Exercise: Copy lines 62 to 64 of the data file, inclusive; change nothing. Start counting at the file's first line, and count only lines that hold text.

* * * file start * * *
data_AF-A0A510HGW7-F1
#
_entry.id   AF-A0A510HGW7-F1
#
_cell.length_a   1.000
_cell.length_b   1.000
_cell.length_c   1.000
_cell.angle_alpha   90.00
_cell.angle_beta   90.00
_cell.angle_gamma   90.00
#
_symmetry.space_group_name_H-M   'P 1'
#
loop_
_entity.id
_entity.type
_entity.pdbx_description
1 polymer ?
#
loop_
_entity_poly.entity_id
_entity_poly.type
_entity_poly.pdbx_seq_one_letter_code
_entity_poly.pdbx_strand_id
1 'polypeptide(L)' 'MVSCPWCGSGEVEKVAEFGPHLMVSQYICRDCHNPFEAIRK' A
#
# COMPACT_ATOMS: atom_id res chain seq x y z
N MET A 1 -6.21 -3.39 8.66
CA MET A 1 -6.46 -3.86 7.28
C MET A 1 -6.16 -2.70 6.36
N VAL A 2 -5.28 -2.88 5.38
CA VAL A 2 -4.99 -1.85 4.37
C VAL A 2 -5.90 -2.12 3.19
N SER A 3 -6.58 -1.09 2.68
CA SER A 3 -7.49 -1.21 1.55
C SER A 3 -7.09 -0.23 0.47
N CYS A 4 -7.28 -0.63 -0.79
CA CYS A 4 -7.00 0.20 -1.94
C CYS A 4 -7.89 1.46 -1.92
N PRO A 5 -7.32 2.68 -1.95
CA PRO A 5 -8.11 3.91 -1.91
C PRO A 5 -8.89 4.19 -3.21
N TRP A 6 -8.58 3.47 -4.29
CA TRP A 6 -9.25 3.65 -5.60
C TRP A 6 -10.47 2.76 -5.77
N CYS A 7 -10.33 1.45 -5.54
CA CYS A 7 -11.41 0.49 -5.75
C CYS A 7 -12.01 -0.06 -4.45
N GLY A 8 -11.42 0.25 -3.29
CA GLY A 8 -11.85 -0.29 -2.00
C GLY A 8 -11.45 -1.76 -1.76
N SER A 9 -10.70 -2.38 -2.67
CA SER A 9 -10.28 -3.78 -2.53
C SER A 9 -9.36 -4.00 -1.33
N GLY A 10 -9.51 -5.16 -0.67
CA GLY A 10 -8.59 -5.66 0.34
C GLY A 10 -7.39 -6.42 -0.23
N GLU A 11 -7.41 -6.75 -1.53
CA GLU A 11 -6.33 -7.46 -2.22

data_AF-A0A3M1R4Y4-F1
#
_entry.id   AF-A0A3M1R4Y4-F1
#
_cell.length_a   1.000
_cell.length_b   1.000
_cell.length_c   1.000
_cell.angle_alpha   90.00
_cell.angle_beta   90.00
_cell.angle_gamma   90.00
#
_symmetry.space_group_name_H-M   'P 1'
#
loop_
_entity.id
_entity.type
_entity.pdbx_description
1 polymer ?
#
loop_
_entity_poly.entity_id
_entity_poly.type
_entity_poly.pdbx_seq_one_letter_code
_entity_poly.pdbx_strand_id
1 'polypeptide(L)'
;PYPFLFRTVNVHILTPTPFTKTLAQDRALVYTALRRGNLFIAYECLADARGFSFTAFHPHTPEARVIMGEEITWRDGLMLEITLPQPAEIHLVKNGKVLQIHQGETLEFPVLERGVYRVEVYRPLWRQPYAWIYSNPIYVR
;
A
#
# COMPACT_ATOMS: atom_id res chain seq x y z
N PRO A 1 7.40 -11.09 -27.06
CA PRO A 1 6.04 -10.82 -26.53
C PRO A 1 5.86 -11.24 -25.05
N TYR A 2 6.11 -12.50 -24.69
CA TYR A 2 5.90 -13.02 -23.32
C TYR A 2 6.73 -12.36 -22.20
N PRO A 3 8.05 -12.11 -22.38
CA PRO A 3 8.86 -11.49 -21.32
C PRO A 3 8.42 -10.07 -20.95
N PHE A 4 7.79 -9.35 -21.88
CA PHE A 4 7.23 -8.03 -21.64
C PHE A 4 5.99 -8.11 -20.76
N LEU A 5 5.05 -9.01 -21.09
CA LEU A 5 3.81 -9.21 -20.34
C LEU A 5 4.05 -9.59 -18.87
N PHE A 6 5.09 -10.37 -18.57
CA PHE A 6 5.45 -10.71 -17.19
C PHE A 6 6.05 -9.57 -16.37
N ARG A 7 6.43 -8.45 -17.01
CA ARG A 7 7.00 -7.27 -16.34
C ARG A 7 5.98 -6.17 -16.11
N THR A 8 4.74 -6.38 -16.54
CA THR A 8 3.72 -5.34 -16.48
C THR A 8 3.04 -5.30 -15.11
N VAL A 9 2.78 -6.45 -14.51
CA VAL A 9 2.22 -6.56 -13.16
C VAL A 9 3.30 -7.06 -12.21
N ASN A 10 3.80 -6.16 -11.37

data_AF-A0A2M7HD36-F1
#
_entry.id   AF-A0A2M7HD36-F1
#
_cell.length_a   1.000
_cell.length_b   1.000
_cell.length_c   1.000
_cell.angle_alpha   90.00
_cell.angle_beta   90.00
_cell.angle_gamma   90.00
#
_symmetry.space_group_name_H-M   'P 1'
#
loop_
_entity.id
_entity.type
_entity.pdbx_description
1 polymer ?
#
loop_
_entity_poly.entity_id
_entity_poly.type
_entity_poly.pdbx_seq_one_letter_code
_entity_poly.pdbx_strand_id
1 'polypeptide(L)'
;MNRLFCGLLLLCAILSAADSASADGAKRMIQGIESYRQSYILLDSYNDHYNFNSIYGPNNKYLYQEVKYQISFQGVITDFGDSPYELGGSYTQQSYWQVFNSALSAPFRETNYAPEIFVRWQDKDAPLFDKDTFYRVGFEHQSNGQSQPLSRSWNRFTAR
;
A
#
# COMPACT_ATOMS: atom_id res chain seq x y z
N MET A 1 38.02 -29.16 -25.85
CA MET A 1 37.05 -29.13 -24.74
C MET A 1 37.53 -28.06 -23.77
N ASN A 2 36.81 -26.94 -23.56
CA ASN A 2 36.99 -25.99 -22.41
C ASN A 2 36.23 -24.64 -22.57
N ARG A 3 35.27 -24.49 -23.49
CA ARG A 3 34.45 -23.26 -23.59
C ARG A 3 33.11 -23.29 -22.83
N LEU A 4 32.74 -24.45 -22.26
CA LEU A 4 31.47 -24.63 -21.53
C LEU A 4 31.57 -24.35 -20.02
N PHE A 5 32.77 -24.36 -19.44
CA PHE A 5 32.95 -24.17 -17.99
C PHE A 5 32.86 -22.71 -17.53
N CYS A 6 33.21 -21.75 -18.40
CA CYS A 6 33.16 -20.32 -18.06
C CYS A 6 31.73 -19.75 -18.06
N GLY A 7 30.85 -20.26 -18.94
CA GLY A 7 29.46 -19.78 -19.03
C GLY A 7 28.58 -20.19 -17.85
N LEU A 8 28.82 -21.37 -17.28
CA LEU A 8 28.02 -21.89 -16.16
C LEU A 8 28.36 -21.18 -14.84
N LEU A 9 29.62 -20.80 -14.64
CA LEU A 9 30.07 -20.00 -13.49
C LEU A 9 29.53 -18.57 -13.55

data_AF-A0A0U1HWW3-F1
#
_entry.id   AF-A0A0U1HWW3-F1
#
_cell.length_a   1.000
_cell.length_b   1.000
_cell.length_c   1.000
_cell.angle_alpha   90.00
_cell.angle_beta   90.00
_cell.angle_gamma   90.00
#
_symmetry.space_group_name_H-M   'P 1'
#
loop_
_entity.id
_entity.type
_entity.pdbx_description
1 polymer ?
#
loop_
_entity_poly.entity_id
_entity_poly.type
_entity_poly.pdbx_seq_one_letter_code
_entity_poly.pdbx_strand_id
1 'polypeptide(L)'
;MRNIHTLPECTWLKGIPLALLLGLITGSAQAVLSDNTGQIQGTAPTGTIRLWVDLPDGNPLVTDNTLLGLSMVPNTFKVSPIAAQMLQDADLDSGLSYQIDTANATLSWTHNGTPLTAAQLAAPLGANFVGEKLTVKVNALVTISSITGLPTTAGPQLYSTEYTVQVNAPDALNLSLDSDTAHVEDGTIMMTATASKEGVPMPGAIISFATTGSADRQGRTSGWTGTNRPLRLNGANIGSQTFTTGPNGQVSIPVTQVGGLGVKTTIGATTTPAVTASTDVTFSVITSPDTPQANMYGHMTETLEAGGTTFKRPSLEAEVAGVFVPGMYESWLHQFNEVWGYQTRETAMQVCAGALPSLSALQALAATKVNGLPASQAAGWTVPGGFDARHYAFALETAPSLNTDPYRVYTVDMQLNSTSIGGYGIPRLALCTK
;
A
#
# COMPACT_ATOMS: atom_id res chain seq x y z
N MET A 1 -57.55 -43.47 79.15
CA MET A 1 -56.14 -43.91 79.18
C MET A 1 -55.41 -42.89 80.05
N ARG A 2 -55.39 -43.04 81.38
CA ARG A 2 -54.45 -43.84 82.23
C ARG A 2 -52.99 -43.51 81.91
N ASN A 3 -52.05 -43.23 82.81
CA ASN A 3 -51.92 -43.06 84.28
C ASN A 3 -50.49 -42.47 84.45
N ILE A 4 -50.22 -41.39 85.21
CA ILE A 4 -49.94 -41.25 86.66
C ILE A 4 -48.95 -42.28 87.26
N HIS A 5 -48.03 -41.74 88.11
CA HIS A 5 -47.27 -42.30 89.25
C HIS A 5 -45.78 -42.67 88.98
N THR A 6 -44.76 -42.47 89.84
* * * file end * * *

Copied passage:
_entry.id   AF-A0A3M1R4Y4-F1
#
_cell.length_a   1.000